And so this comes from foreign shores.
Thanks. I’ll have a pint and a wee one with it.
And with that; be welcome Gentle Reader, and read on…
Yes I type, tap and fume against the internet from the relaxing(ish) part of the world known to visitors as Italy – that way they can all agree where they’ve been.
The beer is good, the weather fine, the hotel marvelous etc. etc. But I do not have a guitar, nor the fair lady Porkie her tenor axe nor flute, and somehow, life ain’t complete.
However, there is plenty to report as this week’s blog (or blurg if you’re in Ashington) is our report from the Saltburn Folk Festival 2014.
Cos we wuz there and we wuz playin’ ‘n that ‘n everythink…
And so you find us here, in sunny Italia, on the first and only leg of our (non playing) European tour. There are few sights less likely to cause comment than the beshorted Englishman abroad, so it’s a good job that you cannot see your favourite guitar slinger tramping about the place resplendent in a pair of legs that could, if pushed, do service as pipe cleaners. We have learned some useful conversational Italian already, such as ‘breezio’, ‘coldio’ and the ever employed ‘hoyin’ it doonio’.
However all is not lost, the first person we met was a muso (or should that be musio) on his way to a blues festival in Malchesne, and, of course he came from Corbridge.
Apparently, the Italians call ‘Croissant’ ‘Brioche’.
Dang Italians, can’t talk proper English.
The main report in this edition of the widely read and much disregarded FG blog, is of course the Saltburn Folk Festival. We were very pleased indeed when John Taylor asked us to play, and even more chuffed to discover we had three spots to do.
Saltburn, for the uninitiated, is a small seaside town, retaining considerable dollops of Victorian charm, situated on the Costa del Teeside, just south of Redcar.
Which is just south of Middlesborough.
Which is just south of reality.
The festival has been going some considerable number of years and this experience quite clearly shows in its organisation. Wristbands, itinerary, maps, prs sheets and the ever popular cheque, awaits artists at the properly manned festival office upon arrival. Signage and advertising is all around the place, street entertainment is pretty constant and stewards police every event to ensure smooth running and time keeping. Venues are varied and all good, big halls, small rooms, PA, acoustic, pub sessions… you get the idea fairly quickly that they have done this before and know what they are about.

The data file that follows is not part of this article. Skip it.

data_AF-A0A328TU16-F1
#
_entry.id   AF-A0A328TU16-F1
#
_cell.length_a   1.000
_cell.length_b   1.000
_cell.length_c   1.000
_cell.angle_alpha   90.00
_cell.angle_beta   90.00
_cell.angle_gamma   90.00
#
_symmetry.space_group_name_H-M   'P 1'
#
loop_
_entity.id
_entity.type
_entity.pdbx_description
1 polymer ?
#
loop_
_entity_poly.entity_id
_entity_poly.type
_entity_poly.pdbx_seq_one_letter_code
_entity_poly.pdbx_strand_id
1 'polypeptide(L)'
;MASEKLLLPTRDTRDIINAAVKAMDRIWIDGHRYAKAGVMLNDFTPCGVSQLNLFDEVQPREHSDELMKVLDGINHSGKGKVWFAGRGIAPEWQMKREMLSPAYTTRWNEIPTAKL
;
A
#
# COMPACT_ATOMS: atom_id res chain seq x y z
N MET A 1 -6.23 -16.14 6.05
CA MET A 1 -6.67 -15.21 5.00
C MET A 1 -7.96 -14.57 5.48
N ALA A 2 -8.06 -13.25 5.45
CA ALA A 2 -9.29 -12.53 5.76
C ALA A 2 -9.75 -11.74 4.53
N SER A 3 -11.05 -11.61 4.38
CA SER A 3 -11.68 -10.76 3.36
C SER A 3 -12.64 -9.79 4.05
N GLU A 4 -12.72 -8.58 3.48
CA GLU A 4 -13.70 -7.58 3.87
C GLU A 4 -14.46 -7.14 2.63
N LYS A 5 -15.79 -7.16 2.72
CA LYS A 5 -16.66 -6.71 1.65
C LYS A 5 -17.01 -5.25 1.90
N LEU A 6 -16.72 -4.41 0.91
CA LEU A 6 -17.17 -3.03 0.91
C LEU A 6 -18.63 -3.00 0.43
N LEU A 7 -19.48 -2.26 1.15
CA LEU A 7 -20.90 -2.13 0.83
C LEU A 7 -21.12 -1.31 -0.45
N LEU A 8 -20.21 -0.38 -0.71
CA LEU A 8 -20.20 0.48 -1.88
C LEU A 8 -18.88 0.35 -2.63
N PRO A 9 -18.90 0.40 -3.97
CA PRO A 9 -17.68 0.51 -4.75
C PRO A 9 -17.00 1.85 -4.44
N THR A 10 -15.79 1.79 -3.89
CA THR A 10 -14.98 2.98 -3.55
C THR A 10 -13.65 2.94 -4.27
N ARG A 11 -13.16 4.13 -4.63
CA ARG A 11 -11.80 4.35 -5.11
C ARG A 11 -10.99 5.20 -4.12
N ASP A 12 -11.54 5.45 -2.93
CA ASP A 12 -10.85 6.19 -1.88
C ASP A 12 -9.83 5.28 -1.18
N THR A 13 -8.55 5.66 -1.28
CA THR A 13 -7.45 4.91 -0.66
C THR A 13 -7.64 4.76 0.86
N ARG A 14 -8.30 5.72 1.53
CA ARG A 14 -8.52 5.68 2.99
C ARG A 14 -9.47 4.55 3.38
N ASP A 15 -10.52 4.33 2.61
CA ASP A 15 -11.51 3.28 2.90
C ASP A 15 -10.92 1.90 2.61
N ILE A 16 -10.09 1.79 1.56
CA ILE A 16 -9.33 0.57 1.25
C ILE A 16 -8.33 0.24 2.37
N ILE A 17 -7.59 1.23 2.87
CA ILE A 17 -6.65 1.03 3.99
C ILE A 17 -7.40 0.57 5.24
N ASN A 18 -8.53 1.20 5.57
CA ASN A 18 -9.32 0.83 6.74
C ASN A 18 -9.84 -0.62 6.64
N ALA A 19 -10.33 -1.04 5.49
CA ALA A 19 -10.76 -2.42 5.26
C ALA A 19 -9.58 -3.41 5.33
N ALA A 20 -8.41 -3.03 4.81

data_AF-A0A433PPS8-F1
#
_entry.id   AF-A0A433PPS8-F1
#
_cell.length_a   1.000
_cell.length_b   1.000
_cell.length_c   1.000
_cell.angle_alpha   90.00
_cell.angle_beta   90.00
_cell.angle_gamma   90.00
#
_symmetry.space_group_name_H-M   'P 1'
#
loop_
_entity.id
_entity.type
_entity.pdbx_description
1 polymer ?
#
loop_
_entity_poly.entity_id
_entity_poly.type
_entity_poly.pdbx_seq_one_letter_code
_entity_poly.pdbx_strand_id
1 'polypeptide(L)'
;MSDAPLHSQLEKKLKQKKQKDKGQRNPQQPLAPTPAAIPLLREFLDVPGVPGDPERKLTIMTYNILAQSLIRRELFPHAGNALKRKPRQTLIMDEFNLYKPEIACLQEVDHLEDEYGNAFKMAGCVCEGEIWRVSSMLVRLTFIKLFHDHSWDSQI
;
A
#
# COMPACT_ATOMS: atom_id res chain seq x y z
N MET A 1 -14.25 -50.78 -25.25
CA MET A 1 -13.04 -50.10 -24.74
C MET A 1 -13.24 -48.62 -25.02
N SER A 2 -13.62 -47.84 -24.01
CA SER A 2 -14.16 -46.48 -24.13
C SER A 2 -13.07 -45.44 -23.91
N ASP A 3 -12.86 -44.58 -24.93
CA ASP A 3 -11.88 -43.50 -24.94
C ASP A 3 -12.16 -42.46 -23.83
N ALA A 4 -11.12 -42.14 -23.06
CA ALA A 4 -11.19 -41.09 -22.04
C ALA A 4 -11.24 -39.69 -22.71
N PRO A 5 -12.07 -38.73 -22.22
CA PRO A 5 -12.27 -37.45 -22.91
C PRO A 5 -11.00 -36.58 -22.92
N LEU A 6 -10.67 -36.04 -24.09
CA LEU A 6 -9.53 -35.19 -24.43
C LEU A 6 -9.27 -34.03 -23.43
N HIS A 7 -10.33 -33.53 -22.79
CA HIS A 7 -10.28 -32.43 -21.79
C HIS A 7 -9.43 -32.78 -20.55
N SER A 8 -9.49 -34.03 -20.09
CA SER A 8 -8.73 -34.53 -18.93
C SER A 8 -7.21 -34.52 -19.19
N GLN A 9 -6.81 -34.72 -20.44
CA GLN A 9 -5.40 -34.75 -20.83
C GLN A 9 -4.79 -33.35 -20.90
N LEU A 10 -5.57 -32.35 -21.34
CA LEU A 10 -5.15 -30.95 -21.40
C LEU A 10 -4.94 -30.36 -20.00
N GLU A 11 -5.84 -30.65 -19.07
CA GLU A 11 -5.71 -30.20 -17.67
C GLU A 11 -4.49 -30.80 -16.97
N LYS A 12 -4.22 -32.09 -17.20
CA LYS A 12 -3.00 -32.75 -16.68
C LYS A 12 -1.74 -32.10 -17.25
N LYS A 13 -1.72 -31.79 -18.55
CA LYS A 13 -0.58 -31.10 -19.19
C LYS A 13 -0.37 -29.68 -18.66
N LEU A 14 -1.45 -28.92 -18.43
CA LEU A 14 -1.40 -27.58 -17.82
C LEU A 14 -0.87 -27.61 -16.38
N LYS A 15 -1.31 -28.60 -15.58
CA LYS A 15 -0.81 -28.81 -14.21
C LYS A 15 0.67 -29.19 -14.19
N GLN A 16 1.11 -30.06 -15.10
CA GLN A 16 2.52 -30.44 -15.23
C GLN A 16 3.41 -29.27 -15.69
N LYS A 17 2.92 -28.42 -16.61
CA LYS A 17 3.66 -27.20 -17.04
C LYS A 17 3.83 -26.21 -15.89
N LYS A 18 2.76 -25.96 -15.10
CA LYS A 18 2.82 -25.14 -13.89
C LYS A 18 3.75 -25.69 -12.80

And so it proved.
We had an amazing weekend, a hackneyed phrase, but in this instance, true. We stayed with our good Acoustic Chum Ray Freeman (at whom gratitudinous howls of thanks must be hurled) and generally had great fun. Three sets and no song repeats; we seemed to go down reasonably well. Everywhere we turned there were streetfuls of Acoustic Chums, as well as the odd Gentle Reader, (and, face it, you’re all pretty odd) and the weekend was simply very good. Good music from all the people we played with or saw (Colin Sands being a standout, along with the very good Winter Wilson), good food, good beer and good company.
It goes without saying that we hope to return next year…
In associated musical news, there will be some new photographs of me wrestling a guitar appearing on the blog, probably next week. But wait, what fettle? That’s not a Taylor; the headstock is all wrong, and… Horrors…. It’s not a dreadnought, more like a GA… What can it be? Is it a bird? Is it a… Well it’s obviously not a plane or a man, but as to what it IS can be my little tease, to you, Gentle Reader, more on this next week.
By the time you read this rubbish we will more than likely be back in the UK, more than likely bumping into each other in the the thick murk that Stanley knows as sunshine, and more than likely ready for a few gigs… so, as I said before; Folk On!
And so as the Italian folkie of fate tenors his way through such folk classics as ‘The Mountains of Mournio’ and ‘O Sole Mio’ (a song about a bloke who loves a fish), I notice it is the end of this blog.
Until next time, Acoustic Chums,